For the past year, I’ve been facilitating art classes for children. I use the word “facilitating” because I feel like I don’t have much to teach them, other than an appreciation of art, and the basics of the elements and principles of art, as well as a tip I’ve learned here and there. Really what I do is provide a somewhat structured, supportive environment in which young artists can take risks, and where they have immediate feedback and guidance from a more experienced artist. The truth is, some of them are better than I am. It has become a bit of a social club for some – a place where they simply fit in, and feel good when they come.
What I’ve noticed in many students, though, is what holds them back the most. Suddenly, I’m no long the art teacher, but the character builder. I’m now working on instilling patience in some of the kiddos who come to me for lessons. I am realizing how much patience, or lack thereof, really, holds back a budding artist. And I get it. I’m the same way. The ideas buzzing around an artist’s head are unbearable … with a new idea every second or two, how are you supposed to focus in and get one piece completed well? This is something I’ve tackled myself, though I still fail miserably most of the time.
So how do you instill patience in a young artist? These are some of the things I’ve started doing, not only with them, but with myself:
– Tell them to SLOW DOWN! It’s not a race. Re: Tortoise and the Hare
– Give a purpose: “The purpose for today’s masterpiece is not to create a beautiful sky, but to show that you can use colouring pencils to create a gradient colour value.”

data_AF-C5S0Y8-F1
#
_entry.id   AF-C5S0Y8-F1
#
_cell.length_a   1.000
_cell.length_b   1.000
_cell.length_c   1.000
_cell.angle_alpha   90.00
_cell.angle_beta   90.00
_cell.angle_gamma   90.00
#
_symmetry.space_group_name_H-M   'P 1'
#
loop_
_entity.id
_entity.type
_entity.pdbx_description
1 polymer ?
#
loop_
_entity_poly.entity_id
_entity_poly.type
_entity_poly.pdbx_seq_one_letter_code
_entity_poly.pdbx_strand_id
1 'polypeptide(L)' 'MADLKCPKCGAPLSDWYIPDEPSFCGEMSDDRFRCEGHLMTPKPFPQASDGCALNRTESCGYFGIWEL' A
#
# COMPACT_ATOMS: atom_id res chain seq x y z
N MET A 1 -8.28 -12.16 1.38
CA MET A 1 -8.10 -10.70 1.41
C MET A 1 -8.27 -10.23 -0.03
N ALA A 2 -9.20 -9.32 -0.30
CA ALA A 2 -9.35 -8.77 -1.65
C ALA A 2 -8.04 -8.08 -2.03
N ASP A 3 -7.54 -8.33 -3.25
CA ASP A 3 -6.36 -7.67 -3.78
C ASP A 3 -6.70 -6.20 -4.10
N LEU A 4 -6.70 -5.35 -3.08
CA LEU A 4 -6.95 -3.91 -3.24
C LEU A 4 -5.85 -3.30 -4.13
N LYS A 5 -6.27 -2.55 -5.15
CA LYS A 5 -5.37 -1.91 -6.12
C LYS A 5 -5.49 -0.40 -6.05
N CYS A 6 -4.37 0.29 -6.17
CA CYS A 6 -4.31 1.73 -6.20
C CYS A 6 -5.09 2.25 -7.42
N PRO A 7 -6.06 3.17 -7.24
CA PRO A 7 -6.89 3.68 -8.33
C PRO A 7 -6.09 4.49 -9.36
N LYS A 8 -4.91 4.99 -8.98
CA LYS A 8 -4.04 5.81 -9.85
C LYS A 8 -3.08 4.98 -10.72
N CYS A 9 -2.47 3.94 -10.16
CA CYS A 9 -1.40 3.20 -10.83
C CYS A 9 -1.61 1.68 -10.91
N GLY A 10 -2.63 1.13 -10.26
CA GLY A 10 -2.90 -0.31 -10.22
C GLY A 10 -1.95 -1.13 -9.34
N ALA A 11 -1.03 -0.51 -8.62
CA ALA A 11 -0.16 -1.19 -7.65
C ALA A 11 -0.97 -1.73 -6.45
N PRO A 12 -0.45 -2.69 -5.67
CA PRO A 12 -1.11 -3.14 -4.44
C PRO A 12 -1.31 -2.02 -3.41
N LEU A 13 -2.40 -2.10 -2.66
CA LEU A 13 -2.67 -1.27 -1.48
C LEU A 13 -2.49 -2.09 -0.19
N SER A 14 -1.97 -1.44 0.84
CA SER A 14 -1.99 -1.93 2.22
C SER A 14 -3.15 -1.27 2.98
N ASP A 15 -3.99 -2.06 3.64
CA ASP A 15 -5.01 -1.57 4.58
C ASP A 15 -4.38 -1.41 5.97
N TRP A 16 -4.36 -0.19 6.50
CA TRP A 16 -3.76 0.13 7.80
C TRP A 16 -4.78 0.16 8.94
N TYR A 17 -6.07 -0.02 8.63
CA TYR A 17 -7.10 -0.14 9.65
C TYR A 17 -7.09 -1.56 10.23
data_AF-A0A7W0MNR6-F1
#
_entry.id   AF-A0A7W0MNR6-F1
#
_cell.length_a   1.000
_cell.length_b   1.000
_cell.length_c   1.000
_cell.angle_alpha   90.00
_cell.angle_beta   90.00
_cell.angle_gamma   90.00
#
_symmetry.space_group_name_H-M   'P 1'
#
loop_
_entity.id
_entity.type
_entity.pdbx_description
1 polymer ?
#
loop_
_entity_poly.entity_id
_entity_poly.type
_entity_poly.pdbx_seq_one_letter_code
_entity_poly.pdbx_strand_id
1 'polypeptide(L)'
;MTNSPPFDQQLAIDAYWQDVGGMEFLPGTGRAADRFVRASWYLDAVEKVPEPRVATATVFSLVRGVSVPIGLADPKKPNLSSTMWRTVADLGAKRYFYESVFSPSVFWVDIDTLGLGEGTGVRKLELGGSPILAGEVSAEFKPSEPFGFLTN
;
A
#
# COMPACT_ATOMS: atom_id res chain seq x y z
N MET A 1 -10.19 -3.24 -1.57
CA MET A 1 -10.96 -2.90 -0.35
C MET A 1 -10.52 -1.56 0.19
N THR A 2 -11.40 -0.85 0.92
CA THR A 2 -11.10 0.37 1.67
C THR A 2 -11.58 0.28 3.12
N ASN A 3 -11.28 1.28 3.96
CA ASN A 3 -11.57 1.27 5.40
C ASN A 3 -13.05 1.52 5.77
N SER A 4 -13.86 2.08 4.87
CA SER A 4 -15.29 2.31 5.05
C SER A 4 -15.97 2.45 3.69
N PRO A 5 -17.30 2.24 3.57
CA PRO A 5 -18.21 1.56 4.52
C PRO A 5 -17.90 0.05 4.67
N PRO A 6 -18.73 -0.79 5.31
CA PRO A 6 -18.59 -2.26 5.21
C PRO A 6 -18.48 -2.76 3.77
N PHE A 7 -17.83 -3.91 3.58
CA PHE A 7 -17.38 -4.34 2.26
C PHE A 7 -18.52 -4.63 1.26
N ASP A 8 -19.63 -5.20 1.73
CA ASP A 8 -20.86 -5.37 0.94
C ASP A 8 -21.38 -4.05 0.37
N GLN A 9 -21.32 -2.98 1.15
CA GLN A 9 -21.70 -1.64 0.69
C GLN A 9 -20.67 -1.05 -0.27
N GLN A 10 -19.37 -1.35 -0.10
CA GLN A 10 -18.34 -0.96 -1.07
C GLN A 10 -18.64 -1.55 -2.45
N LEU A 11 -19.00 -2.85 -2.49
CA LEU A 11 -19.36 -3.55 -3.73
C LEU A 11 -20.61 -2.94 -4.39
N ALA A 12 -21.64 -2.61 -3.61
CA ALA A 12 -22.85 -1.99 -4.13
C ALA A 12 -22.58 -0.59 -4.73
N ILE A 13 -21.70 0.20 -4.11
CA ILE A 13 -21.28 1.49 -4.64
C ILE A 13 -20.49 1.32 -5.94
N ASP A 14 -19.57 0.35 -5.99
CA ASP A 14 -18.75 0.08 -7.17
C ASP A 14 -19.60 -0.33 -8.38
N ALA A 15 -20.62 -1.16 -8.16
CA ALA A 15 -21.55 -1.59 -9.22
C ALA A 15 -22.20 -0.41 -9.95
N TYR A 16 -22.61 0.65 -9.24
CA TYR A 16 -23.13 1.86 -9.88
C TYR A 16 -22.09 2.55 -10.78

– Options: give them a WHY or a HOW … not both. This way, they feel engaged because they picked part of it, but they have an expectation, because YOU picked part of it.
– Show them how you would slow down … whether that’s to stop and look at it and make decisions, or to hold the pencil or brush differently. Model how a slower pace sometimes improves the work.
It’s hard, because truly great art has ENERGY in it. But when it’s done in a rush, unless the artist thoroughly understands the elements and principles of design and is a seasoned pro (which most of us aren’t), it creates the feeling of being done in a rush. And if, by chance, it is gorgeous, the problem is that it can’t be recreated. There’s no consistency. It was a happy mistake.
Without killing their inspiration and energy and enthusiasm, encourage your kid, your (art) students, or yourself … to slow down. Smell the roses. It’s worth it!